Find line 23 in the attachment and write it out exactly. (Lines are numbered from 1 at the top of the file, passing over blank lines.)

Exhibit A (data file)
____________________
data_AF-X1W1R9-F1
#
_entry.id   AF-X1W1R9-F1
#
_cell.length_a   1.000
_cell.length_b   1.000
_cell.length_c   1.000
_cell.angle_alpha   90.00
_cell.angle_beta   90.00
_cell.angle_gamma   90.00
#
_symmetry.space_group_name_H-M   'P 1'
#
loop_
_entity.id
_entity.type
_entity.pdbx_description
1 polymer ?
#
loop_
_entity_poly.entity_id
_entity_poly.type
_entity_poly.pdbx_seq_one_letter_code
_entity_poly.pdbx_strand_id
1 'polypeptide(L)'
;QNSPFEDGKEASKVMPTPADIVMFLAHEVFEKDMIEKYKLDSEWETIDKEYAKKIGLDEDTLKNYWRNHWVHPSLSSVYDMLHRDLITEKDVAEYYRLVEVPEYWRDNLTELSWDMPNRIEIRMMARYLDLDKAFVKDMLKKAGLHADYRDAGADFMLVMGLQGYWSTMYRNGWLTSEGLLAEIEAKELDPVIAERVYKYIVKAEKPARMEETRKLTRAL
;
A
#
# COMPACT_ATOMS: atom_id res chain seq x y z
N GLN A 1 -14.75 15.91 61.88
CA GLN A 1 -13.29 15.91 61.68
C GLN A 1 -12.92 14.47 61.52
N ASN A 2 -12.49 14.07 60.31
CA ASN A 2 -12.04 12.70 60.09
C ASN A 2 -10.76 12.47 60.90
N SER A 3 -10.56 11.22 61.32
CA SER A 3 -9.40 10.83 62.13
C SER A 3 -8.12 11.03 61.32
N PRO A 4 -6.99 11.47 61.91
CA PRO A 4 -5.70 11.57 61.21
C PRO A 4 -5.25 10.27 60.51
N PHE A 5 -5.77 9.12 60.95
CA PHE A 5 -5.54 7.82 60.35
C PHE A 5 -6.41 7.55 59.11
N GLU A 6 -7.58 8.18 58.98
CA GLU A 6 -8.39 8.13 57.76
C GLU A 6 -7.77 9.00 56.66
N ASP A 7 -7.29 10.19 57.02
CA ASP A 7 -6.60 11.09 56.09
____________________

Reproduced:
_entity_poly.pdbx_seq_one_letter_code